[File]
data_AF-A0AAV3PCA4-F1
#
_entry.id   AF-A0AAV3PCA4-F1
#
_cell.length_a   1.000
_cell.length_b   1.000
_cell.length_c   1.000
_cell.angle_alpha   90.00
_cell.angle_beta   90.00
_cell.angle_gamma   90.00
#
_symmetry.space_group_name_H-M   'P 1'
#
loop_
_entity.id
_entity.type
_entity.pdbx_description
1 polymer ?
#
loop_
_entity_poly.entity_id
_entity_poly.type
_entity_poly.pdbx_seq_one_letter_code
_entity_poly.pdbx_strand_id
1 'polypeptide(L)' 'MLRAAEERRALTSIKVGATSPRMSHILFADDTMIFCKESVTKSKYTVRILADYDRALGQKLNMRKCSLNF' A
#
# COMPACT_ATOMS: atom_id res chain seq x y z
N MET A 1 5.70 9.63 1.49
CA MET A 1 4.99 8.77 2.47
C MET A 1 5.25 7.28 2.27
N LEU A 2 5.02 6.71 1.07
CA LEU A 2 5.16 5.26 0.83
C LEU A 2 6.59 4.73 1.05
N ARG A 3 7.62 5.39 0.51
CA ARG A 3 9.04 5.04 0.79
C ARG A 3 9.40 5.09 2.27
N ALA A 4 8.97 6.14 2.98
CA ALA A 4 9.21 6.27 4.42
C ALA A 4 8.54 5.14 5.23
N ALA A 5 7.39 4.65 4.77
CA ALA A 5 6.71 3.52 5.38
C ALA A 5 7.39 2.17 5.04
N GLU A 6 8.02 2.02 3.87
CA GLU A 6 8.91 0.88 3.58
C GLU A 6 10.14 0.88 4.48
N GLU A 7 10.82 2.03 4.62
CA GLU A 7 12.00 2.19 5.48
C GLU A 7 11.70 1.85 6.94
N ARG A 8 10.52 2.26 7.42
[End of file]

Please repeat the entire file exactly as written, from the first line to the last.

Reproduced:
data_AF-A0AAV3PCA4-F1
#
_entry.id   AF-A0AAV3PCA4-F1
#
_cell.length_a   1.000
_cell.length_b   1.000
_cell.length_c   1.000
_cell.angle_alpha   90.00
_cell.angle_beta   90.00
_cell.angle_gamma   90.00
#
_symmetry.space_group_name_H-M   'P 1'
#
loop_
_entity.id
_entity.type
_entity.pdbx_description
1 polymer ?
#
loop_
_entity_poly.entity_id
_entity_poly.type
_entity_poly.pdbx_seq_one_letter_code
_entity_poly.pdbx_strand_id
1 'polypeptide(L)' 'MLRAAEERRALTSIKVGATSPRMSHILFADDTMIFCKESVTKSKYTVRILADYDRALGQKLNMRKCSLNF' A
#
# COMPACT_ATOMS: atom_id res chain seq x y z
N MET A 1 5.70 9.63 1.49
CA MET A 1 4.99 8.77 2.47
C MET A 1 5.25 7.28 2.27
N LEU A 2 5.02 6.71 1.07
CA LEU A 2 5.16 5.26 0.83
C LEU A 2 6.59 4.73 1.05
N ARG A 3 7.62 5.39 0.51
CA ARG A 3 9.04 5.04 0.79
C ARG A 3 9.40 5.09 2.27
N ALA A 4 8.97 6.14 2.98
CA ALA A 4 9.21 6.27 4.42
C ALA A 4 8.54 5.14 5.23
N ALA A 5 7.39 4.65 4.77
CA ALA A 5 6.71 3.52 5.38
C ALA A 5 7.39 2.17 5.04
N GLU A 6 8.02 2.02 3.87
CA GLU A 6 8.91 0.88 3.58
C GLU A 6 10.14 0.88 4.48
N GLU A 7 10.82 2.03 4.62
CA GLU A 7 12.00 2.19 5.48
C GLU A 7 11.70 1.85 6.94
N ARG A 8 10.52 2.26 7.42